Canadian privacy watchdog warns cannabis users to use cash, not credit, for purchases

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A Canadian privacy watchdog is warning Canadians who have or plan to purchase cannabis to avoid using their credit cards and instead use cash, especially if they plan on travelling outside of Canada.

Privacy Commissioner Daniel Therrien posted a statement on his website this week warning cannabis users and anyone who may purchase cannabis about the risks associated with using your credit card. He also provided guidelines for purchasers to understand more about their privacy rights.

 “Cannabis is illegal in most jurisdictions outside of Canada,” reads the statement. “The personal information of cannabis users is therefore very sensitive. For example, some countries may deny entry to individuals if they know they have purchased cannabis, even lawfully.”

“If you are concerned about using your credit card, and the option is available, consider using cash to purchase cannabis.”

Unfortunately for many Canadians, the option to purchase cannabis with cash is unavailable, unless they choose to go the way of the black market. Ontario, for example, does not yet have legal storefronts and won’t until April 2019 at the earliest. The Ontario Cannabis Store is the only legal option currently available and it only exists online for the time being. Many other Canadians live in areas where it’s difficult to get to a store, so ordering online is the easiest option.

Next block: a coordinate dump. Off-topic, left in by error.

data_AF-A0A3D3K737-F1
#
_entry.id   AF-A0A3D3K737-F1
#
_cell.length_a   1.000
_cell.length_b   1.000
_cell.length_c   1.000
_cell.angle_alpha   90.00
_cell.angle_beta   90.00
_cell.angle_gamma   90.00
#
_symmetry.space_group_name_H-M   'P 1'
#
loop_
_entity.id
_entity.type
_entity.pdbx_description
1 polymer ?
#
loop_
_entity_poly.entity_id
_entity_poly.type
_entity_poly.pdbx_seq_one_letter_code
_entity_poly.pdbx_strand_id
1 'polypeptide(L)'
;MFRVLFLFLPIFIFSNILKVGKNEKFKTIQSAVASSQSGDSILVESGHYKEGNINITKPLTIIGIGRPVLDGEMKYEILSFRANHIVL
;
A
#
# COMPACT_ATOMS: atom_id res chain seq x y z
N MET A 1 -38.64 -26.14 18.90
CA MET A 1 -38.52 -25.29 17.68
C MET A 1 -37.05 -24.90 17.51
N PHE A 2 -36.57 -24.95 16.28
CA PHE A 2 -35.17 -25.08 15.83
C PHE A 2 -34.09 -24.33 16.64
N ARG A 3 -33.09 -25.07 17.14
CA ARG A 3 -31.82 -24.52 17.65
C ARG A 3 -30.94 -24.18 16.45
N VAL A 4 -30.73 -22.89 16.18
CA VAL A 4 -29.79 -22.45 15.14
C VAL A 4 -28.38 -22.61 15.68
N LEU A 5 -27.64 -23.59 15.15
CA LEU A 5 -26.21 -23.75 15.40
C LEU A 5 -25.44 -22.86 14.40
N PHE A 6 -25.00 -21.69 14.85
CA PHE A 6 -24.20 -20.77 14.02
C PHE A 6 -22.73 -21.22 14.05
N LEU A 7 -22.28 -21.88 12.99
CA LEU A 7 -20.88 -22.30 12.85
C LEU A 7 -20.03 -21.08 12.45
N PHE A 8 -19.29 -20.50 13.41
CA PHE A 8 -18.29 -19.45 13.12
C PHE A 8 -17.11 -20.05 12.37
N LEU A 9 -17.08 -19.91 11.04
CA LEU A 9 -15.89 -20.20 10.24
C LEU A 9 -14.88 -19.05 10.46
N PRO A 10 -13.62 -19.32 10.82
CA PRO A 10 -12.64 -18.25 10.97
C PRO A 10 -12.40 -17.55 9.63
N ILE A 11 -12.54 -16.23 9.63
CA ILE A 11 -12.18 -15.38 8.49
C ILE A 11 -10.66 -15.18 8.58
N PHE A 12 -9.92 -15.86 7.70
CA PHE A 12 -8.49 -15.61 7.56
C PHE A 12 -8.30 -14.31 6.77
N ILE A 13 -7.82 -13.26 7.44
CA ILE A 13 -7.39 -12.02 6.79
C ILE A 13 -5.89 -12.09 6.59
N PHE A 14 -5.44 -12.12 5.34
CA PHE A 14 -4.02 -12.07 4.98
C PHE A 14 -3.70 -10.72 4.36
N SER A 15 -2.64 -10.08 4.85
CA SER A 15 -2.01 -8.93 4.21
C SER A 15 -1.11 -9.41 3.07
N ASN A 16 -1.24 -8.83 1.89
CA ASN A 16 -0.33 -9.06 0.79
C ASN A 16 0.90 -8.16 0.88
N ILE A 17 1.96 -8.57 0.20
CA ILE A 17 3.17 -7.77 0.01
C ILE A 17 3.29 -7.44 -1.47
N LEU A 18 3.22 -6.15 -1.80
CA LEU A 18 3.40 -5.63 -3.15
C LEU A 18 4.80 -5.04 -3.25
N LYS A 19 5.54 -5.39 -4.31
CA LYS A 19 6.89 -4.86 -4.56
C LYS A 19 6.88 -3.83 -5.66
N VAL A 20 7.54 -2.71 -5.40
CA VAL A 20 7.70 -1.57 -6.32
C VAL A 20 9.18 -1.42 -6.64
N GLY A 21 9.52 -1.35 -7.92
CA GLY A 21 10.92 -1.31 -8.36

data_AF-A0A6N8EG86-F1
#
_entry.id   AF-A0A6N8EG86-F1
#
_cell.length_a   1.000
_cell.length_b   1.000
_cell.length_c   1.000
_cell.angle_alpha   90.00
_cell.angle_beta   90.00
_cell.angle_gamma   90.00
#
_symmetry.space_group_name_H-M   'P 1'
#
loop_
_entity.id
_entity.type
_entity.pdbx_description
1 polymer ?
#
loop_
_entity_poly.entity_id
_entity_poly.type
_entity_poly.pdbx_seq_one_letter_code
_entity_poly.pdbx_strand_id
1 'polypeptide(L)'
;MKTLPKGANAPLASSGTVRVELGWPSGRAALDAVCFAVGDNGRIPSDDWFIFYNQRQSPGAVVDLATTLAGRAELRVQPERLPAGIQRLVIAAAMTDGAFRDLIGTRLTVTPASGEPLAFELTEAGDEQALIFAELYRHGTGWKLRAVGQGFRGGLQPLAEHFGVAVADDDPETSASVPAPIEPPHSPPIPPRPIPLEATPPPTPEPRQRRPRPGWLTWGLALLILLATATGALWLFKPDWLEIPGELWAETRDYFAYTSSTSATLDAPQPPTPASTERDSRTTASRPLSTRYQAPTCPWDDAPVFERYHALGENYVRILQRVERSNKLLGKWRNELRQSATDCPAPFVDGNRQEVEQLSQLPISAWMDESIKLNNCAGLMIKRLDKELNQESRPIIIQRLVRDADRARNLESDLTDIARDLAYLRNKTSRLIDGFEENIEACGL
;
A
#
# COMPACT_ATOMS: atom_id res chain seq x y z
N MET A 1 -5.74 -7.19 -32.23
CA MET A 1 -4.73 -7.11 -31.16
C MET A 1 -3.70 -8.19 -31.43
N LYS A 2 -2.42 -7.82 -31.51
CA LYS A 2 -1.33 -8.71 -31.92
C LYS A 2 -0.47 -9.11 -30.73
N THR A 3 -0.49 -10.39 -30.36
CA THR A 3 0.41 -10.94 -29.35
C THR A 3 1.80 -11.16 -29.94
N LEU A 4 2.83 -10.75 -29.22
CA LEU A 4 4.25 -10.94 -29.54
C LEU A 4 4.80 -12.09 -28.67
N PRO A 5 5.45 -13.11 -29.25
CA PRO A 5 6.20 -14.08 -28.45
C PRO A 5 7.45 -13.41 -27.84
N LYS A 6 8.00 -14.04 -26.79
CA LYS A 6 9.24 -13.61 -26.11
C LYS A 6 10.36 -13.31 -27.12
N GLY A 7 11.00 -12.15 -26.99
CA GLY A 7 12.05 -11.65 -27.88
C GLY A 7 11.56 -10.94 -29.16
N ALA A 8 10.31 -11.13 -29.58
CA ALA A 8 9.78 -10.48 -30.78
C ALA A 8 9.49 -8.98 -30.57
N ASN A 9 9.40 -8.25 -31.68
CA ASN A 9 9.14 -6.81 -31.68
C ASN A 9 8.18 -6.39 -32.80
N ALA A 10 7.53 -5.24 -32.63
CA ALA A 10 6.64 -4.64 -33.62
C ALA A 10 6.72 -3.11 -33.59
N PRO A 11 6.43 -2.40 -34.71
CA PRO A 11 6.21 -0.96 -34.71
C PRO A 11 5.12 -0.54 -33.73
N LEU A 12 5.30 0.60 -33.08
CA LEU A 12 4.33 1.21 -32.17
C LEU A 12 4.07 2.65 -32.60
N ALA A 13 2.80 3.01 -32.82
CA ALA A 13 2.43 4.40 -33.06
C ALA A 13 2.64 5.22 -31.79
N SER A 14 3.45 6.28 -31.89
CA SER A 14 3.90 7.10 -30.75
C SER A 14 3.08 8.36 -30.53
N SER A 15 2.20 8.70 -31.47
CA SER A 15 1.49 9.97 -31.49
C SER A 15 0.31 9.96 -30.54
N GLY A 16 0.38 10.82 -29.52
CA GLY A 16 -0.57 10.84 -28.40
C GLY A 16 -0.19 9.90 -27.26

This warning also comes after months of Canadian cannabis users being targeted at the U.S. border for admitting they’ve used cannabis when asked by a guard.

However, the responsibility doesn’t only fall on the purchaser. Therrien also provided a warning and guidelines for retailers to be more aware of their rights and obligations when dealing with sensitive customer information.

“One way to minimize the possibility of disclosure to foreign governments (given that cannabis use is not legal in most other jurisdictions), and reduce the impacts of a data breach, or other incidents that reveal purchasers’ names or other customers’ personal information, is to refrain from recording customers’ personal information.”

He suggested that retailers only record an email and not a full name for mailing lists or memberships. He added that if the store must collect personal information, to be mindful about where that data is then stored.

“Keep in mind that storing data in the Cloud or in proprietary software means there is likely transfer of storage of that personal information outside of Canada, which could then potentially be accessed by foreign law enforcement. … [P]otential access to this data by foreign governments is of particular concern, which means it will generally be more privacy protective to store personal information on a server located in Canada.”

Therrien also suggests that retailers not use video surveillance unless other less intrusive security measures can’t be met, and that if video surveillance is being used, there needs to be signage so the customer is aware.

“The best way for ensuring (compliance) is for management to emphasize that protection of personal information is a company priority and to ensure that all staff are trained in, understand, and follow the privacy policy in everyday transactions.”  

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